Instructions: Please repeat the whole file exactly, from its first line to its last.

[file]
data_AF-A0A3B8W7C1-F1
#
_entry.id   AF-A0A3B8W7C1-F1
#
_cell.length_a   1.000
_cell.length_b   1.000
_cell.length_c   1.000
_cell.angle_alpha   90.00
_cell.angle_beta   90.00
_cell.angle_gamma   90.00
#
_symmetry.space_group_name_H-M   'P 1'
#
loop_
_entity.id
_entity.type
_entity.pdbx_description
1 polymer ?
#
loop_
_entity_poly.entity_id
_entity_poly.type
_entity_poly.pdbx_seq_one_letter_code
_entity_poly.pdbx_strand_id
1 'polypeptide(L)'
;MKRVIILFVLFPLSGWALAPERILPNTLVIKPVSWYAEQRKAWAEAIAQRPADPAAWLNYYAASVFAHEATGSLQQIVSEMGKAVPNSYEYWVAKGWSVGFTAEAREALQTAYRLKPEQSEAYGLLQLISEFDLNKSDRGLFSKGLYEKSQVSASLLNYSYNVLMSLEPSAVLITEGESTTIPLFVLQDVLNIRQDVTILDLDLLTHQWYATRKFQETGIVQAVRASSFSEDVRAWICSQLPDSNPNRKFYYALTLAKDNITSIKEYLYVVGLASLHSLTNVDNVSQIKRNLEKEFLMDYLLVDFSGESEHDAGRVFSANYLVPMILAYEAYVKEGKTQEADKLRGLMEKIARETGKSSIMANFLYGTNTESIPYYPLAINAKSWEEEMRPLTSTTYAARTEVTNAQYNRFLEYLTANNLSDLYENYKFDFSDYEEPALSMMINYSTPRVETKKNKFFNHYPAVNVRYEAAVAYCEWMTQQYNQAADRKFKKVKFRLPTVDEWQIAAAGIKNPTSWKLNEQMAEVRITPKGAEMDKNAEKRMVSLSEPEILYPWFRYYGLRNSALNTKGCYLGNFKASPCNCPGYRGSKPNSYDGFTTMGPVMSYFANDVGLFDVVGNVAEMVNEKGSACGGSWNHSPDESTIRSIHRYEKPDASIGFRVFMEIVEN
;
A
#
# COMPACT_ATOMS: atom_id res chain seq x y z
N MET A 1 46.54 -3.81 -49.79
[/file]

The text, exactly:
data_AF-A0A3B8W7C1-F1
#
_entry.id   AF-A0A3B8W7C1-F1
#
_cell.length_a   1.000
_cell.length_b   1.000
_cell.length_c   1.000
_cell.angle_alpha   90.00
_cell.angle_beta   90.00
_cell.angle_gamma   90.00
#
_symmetry.space_group_name_H-M   'P 1'
#
loop_
_entity.id
_entity.type
_entity.pdbx_description
1 polymer ?
#
loop_
_entity_poly.entity_id
_entity_poly.type
_entity_poly.pdbx_seq_one_letter_code
_entity_poly.pdbx_strand_id
1 'polypeptide(L)'
;MKRVIILFVLFPLSGWALAPERILPNTLVIKPVSWYAEQRKAWAEAIAQRPADPAAWLNYYAASVFAHEATGSLQQIVSEMGKAVPNSYEYWVAKGWSVGFTAEAREALQTAYRLKPEQSEAYGLLQLISEFDLNKSDRGLFSKGLYEKSQVSASLLNYSYNVLMSLEPSAVLITEGESTTIPLFVLQDVLNIRQDVTILDLDLLTHQWYATRKFQETGIVQAVRASSFSEDVRAWICSQLPDSNPNRKFYYALTLAKDNITSIKEYLYVVGLASLHSLTNVDNVSQIKRNLEKEFLMDYLLVDFSGESEHDAGRVFSANYLVPMILAYEAYVKEGKTQEADKLRGLMEKIARETGKSSIMANFLYGTNTESIPYYPLAINAKSWEEEMRPLTSTTYAARTEVTNAQYNRFLEYLTANNLSDLYENYKFDFSDYEEPALSMMINYSTPRVETKKNKFFNHYPAVNVRYEAAVAYCEWMTQQYNQAADRKFKKVKFRLPTVDEWQIAAAGIKNPTSWKLNEQMAEVRITPKGAEMDKNAEKRMVSLSEPEILYPWFRYYGLRNSALNTKGCYLGNFKASPCNCPGYRGSKPNSYDGFTTMGPVMSYFANDVGLFDVVGNVAEMVNEKGSACGGSWNHSPDESTIRSIHRYEKPDASIGFRVFMEIVEN
;
A
#
# COMPACT_ATOMS: atom_id res chain seq x y z
N MET A 1 46.54 -3.81 -49.79